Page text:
• Also, change the security questions and make the answer something non-obvious.
  • Add 2-step verification: any changes to your account, including access from an unexpected computer requires sending a text or getting a call to your phone.

For non-Yahoo users:

  • Watch out for any phishing emails that relate to Yahoo in any way.
  • Be suspicious of Yahoo related emails, including emails that look like they're from people you know who use Yahoo! email accounts.  It might NOT actually be your friend.

This is a major breach in security and should makeus all cognizant of information held on line.

Tags: cyber, Cyber Liability

What is a Package Policy?

Posted by Geoffrey Gordon on Mon, Aug 08, 2016 @ 04:33 PM

Success_Starts_Here_Freeway_Style_Desert_Landscape.jpgA package policy is a type of insurance policy that usually includes more than one kind of insurance policy. The most common package policy brings property coverage, such as for buildings or business contents, together with liability, such as premises liability or product liability.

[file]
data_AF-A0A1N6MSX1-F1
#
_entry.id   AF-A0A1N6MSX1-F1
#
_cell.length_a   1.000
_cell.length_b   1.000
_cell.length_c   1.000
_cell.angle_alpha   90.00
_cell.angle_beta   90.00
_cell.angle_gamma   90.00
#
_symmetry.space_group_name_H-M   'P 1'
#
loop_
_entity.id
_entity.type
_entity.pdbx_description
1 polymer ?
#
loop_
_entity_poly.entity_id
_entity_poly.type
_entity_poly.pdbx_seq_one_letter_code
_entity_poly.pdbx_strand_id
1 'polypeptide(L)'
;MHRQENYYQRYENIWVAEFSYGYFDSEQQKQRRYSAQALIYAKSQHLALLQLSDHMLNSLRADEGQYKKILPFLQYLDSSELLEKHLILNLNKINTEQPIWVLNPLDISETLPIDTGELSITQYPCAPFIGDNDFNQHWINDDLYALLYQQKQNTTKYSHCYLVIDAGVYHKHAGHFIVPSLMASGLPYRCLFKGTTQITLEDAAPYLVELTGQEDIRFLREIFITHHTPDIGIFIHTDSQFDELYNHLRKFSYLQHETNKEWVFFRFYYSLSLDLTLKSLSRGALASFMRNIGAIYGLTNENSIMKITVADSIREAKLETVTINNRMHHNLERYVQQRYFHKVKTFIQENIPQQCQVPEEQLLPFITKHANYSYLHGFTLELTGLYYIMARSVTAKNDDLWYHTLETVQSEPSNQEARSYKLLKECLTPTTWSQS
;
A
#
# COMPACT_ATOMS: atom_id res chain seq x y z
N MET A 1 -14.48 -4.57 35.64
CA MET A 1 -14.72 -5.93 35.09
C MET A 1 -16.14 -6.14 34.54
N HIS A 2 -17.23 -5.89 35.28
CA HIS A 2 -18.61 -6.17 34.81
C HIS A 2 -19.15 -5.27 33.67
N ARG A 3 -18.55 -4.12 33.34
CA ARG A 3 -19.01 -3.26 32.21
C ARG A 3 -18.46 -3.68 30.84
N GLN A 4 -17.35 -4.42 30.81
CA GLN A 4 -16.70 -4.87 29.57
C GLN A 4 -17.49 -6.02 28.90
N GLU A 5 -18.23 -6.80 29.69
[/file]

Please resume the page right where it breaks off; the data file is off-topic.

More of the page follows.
One advantage to packaging coverages is the cost. When a single company can provide coverage for several lines of business, such as property, liability, business income, and so forth, they can offer pricing considerations.

A business owner's policy is the most common type of package policy, but other package policies comprise the majority of commercial insurance programs when more than one line of insurance is written by the same insurance company.

For example, a company with no property except a marine and liability exposure could have a package policy covering those two lines. A package policy may be used when the business doesn't qualify for the broadest form, a business owners policy.